Exposure to green light could help those who suffer migraine and post-traumatic headaches, according to a new study.
Writing in the journal Brain, researchers from Harvard Medical School say “pure-wavelength green light” helps ease sensitivity to light, called photophobia, and can reduce the intensity of headaches.
The researchers say more than 80 percent of migraine sufferers have photophobia, leading many to seek relief by isolating themselves in a dark room, unable to perform daily tasks.
“It is their inability to endure light that most often disables them," says Rami Burstein, Professor of Anesthesia at Beth Israel Deaconess Medical Center (BIDMC) and Harvard Medical School, and lead author of the study.
For the study, researchers asked patients experiencing a migraine to report how different color and intensities of light impacted their headache. At the light levels of a typical office, the patients reported that of blue, green, amber or red lights, all but green made their headaches worse.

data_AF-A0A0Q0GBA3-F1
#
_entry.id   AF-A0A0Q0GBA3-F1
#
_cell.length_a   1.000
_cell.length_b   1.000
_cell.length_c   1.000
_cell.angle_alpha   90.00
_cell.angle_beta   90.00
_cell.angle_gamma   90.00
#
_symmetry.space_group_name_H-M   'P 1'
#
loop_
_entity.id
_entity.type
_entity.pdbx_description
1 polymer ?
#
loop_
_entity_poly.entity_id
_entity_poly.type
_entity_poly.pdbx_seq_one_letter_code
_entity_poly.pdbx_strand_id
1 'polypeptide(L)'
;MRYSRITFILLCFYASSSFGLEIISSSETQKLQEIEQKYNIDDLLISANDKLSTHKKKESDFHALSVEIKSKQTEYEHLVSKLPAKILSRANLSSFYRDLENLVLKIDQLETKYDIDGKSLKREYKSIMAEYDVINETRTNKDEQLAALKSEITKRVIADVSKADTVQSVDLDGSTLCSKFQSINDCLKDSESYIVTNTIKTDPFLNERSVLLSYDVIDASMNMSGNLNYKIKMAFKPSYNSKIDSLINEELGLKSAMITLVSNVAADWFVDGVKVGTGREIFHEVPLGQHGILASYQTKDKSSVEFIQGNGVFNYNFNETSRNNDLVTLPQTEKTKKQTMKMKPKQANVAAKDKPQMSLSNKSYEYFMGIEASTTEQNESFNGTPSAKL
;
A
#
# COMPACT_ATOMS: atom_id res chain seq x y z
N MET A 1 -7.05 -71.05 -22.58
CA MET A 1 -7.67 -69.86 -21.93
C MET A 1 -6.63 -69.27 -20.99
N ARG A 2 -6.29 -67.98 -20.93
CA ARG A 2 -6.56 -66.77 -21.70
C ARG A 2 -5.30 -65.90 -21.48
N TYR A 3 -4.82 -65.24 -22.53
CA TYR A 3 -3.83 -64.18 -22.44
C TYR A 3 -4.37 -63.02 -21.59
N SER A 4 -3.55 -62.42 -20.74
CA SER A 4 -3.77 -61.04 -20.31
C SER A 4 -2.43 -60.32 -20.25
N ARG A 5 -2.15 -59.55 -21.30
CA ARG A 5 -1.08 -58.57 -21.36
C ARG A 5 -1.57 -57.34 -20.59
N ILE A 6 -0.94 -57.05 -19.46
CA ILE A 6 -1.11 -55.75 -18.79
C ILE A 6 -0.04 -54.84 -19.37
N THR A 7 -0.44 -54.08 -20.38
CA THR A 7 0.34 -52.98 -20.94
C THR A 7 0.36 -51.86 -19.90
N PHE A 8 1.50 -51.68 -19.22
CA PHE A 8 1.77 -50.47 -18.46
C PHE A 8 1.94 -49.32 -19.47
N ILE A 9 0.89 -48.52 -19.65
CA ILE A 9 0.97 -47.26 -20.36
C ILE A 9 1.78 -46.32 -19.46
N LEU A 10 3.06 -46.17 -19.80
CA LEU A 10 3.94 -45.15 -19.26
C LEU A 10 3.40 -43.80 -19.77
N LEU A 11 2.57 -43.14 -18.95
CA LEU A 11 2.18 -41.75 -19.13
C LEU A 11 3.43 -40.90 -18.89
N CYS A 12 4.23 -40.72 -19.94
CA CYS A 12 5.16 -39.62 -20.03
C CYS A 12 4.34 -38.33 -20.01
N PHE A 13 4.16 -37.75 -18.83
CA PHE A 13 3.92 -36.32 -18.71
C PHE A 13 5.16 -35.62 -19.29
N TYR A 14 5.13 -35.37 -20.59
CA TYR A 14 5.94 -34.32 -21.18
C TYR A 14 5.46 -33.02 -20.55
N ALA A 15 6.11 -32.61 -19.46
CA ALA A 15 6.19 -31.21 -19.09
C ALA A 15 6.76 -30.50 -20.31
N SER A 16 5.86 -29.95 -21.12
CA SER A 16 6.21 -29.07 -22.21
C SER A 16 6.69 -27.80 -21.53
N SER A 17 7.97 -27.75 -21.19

Researchers said patients reported that green light reduced the intensity of their pain by about 20 percent.
The reason: Green light appears to create the least amount of electrical signals generated by the eye’s retina and brain’s cortex.
"My hope is that patients will be able to benefit directly from these findings one day very soon," said Burstein, who is trying to devise an economically viable light bulb that can emit “pure green light at a low intensity.” He also envisions sunglasses that can block out all light but green.